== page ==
Skip to main content

The accumulation of technical debt, or how a recently opened critical core bug is 15 years old

Mar 20 '17

As we approach the release of Drupal 8.3.0 and start working on 8.4.x, I want to take a look at technical debt.

Here's a quick overview of technical debt in the past 18 months as expressed in major and critical bugs (other technical debt isn't represented by these numbers):

  • 800 major bugs fixed
  • 200 critical bugs fixed
  • 21 critical bugs currently open
  • Over 600 major bugs currently open

 

Sometimes code is buggy in itself, no one spots the bug in review, test coverage is incomplete, and then these get uncovered after commit.

However, sometimes there is code thar all works independently, but the interactions of a complex system like Drupal results in critical bugs arising seemingly out of the ether. As an example, let's talk about a fifteen-year-old bug in a sixteen year old module that got written up as a new core bug report just this week.

While this may be the oldest undiscovered critical bug in core, it points to a wider mechanism whereby technical debt is often introduced – simply via the addition of incomplete features over time.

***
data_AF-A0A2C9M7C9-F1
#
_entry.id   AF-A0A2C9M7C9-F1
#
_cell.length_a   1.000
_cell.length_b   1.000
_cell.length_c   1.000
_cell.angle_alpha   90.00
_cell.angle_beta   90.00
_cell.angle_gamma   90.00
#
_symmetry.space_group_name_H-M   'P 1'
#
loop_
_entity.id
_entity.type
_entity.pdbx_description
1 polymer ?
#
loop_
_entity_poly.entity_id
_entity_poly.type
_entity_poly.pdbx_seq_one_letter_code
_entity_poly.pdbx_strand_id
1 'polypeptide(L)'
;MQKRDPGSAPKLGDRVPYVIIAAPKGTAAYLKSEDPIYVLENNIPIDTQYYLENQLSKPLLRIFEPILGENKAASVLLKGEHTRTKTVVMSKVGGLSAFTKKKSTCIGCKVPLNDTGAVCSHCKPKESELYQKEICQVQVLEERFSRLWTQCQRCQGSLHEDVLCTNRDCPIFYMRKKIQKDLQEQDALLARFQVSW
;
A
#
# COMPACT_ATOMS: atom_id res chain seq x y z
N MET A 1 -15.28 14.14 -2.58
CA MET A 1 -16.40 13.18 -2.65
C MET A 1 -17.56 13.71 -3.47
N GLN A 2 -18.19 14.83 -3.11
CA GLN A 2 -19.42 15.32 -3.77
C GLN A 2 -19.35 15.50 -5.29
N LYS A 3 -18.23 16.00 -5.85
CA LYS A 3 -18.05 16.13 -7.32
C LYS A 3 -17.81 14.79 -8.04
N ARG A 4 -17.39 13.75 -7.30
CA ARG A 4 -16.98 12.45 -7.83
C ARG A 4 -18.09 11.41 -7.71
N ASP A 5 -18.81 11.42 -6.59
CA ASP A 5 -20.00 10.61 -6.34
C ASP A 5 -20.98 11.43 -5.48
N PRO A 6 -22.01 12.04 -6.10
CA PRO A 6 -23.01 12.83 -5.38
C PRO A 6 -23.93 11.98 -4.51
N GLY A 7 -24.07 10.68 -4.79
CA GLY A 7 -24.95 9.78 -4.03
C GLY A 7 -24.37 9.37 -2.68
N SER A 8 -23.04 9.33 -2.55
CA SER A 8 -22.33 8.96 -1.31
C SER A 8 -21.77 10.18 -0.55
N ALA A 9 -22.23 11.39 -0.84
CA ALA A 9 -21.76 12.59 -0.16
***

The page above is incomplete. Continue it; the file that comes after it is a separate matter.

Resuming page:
Here's Book module's birthday commit in March 2001.

commit 6275348098baa21523f31d8c228cd7fa0dd64b2d

Author: Dries Buytaert Date: Sat Mar 24 16:36:13 2001 +0000

 

the "faq module" and the "documentation module" are going to be bundled into a much more powerful and easier to maintain "book module": each "page"in the big "drop.org/drupal book" is a node and everyone with a user account  can suggest new pages or updates of existing pages.

 

Book module allows you to organise nodes into a hierarchy, which allows for a table of contents and previous/next links.

Here's the commit that added revision support to nodes in November 2001.

 

commit a2e6910902bfb1263e1b6363e2c29ede68f89918

Author: Dries Buytaert

Date:   Sat Nov 3 18:38:30 2001 +0000

 

   - Made the node forms support "help texts": it is not possible to configure

     Drupal to display submission guidelines, or any other kind of explanation

     such as "NO TEST POSTS", for example.

   

   - Added node versioning: it is possible to create revisions, to view old

     revisions and to roll-back to older revisions.  You'll need to apply a

     SQL update.

   

     I'm going to work on the book module now, so I might be changing a few

     things to enable collaborative, moderated revisions - but feel free to

     send some first feedback, if you like.